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cud any body tell me how this expression works

output = "#{output.gsub(/grep .*$/,'')}"

before that opearation value of ouptput is

"df -h | grep /mnt/nand\r\n/dev/mtdblock4  248.5M    130.7M    117.8M  53% /mnt/nand\r\n"

but after opeartion it comes

"df -h | \n/dev/mtdblock4          248.5M 248.5M    130.7M    117.8M  53% /mnt/nand\r\n "

plzz help me

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use ` so that we can tell text apart from code –  João Portela Jun 21 '10 at 14:00
    
What's the result you're trying to achieve? –  Jamie Wong Jun 21 '10 at 14:00
    
jamie i do n't have any expectation but i want to know this expression worksi understand up to like how grep is replaced by "" string but how it is working .*$ that i don't understand –  Amit Singh Tomar Jun 21 '10 at 14:07
    
where to use ` joao –  Amit Singh Tomar Jun 21 '10 at 14:08

4 Answers 4

Your expression is equivalent to:

output.gsub!(/grep .*$/,'')

which is much easier to read.

The . in the regular expression matches all characters except newline by default. So, in the string provided, it matches "grep /mnt/nand", and will substitute a blank string for that. The result is the provided string, without the matched substring.

Here is a simpler example:

"hello\n\n\nworld".gsub(/hello.*$/,'') => "\n\n\nworld"

In both your provided regex, and the example above, the $ is not necessary. It is used as an anchor to match the end of a line, but since the pattern immediately before it (.*) matches everything up to a newline, it is redundant (but does not cause harm).

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THANKS jason but cud u plzz expain with some other example –  Amit Singh Tomar Jun 21 '10 at 14:13
    
and one more thing jason why this *$ is used plus /n is also at the end of line –  Amit Singh Tomar Jun 21 '10 at 14:16
    
@amit : I've updated the answer to include another example and an explanation of $ (and why it's not needed here). Think of the .* going together and the $ as a separate symbol. –  jason.rickman Jun 21 '10 at 14:22
    
thanku very much friend –  Amit Singh Tomar Jun 21 '10 at 14:26
    
nd one thing more will it these \n\n\\n in o/p i think it will o/p as world –  Amit Singh Tomar Jun 21 '10 at 14:29

Since gsub returns a string, your first line is exactly the same as

output = output.gsub(/grep .*$/, '')

which takes the string and removes any occurance of the regexp pattern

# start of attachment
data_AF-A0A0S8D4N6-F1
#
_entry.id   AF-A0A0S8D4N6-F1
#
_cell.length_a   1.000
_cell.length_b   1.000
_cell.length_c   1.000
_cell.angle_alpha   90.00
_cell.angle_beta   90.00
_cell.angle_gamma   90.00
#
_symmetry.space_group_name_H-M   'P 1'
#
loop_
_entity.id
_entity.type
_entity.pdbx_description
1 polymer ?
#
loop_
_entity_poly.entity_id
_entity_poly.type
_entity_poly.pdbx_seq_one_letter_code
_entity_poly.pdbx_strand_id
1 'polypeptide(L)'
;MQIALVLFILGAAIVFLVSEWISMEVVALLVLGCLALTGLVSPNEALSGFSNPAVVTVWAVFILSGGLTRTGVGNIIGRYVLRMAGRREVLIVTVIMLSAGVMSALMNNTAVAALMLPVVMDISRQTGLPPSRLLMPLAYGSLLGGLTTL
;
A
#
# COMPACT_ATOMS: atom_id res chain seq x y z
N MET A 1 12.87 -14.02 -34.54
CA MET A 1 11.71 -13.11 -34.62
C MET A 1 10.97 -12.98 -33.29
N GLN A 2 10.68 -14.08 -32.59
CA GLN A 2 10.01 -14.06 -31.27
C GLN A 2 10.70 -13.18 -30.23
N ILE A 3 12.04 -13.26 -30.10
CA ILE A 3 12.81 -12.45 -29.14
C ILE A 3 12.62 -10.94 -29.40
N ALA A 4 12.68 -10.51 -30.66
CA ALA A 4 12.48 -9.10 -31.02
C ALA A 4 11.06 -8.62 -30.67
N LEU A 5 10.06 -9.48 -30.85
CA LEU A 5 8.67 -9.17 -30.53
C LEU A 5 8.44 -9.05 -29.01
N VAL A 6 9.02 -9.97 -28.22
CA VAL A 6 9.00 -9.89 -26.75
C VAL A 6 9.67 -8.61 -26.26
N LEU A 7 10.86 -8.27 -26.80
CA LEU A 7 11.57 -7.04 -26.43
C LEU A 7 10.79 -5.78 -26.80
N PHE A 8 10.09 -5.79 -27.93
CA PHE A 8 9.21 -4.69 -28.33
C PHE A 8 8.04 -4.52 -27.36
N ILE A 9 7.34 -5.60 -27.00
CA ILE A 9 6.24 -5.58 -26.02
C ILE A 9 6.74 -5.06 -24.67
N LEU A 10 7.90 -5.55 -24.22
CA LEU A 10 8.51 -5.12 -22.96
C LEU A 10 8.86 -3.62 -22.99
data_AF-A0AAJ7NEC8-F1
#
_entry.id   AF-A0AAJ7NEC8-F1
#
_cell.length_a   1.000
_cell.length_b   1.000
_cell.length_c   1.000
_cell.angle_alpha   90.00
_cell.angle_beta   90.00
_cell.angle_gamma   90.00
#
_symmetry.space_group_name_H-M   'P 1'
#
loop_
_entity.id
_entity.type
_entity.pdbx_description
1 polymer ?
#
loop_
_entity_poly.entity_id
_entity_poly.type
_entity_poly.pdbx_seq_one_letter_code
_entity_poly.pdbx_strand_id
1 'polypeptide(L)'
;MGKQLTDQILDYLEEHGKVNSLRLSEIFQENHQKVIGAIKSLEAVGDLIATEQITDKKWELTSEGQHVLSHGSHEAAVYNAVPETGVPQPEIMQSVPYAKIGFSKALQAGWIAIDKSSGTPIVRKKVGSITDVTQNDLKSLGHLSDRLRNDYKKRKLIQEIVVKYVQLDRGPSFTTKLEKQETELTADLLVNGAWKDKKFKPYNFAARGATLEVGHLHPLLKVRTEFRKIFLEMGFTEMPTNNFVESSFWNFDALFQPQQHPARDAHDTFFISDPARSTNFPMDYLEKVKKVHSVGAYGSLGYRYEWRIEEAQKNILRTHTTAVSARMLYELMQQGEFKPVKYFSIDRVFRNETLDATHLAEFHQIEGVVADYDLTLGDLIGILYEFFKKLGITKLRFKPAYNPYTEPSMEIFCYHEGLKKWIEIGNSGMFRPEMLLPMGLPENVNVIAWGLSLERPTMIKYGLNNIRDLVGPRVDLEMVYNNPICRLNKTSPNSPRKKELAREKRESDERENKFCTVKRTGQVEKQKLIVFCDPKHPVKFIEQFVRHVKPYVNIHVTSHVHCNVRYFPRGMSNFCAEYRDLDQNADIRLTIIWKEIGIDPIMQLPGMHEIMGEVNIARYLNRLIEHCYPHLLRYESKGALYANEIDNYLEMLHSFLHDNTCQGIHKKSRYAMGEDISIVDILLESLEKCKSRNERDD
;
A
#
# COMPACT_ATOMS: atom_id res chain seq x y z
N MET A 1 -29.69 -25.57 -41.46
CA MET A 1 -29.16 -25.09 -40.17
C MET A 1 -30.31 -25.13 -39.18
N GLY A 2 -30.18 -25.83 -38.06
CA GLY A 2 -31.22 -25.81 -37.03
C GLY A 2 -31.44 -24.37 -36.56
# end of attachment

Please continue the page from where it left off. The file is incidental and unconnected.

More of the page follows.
/grep .*$/

i.e. all parts of the string that start with 'grep ' until the end of the string or a line break.

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thanks ULM line break means this /r or /n thats the line break?? nd why *$ is used –  Amit Singh Tomar Jun 21 '10 at 14:18
    
The exact definition of line break is implementation and platform dependent, but \n is definitely a line break. Regular expressions usually stop when they encounter the \n, unless you explicitely tell them otherwise. .* means 'match any character zero or more times'. So anything after the 'grep ' is matched. $ in the RegExp is a special character representing the end of the line. –  Michael Ulm Jun 22 '10 at 5:12

There's a good regexp tester/reference here. This one matches the word "grep", then a space, then any number of characters until the next line-break (\r or \n). "." by itself means any character, and ".*" together means any number of them, as many as possible. "$" means the end of a line.

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glenn thanks first of all cud u plzz expain this .* that i m nt able to unstand yet plzz i m waiting –  Amit Singh Tomar Jun 21 '10 at 14:31
    
A period by itself means any character, and an asterisk after anything means as many of those as possible. So put together ".*" gets everything on the rest of the line after the "grep ". –  glenn mcdonald Jun 21 '10 at 20:41

For the '$', see here http://www.regular-expressions.info/reference.html

".*$" means "take every character from the end of the string" ; but the parser will interpret the "\n" as the end of a line, so it stops here.

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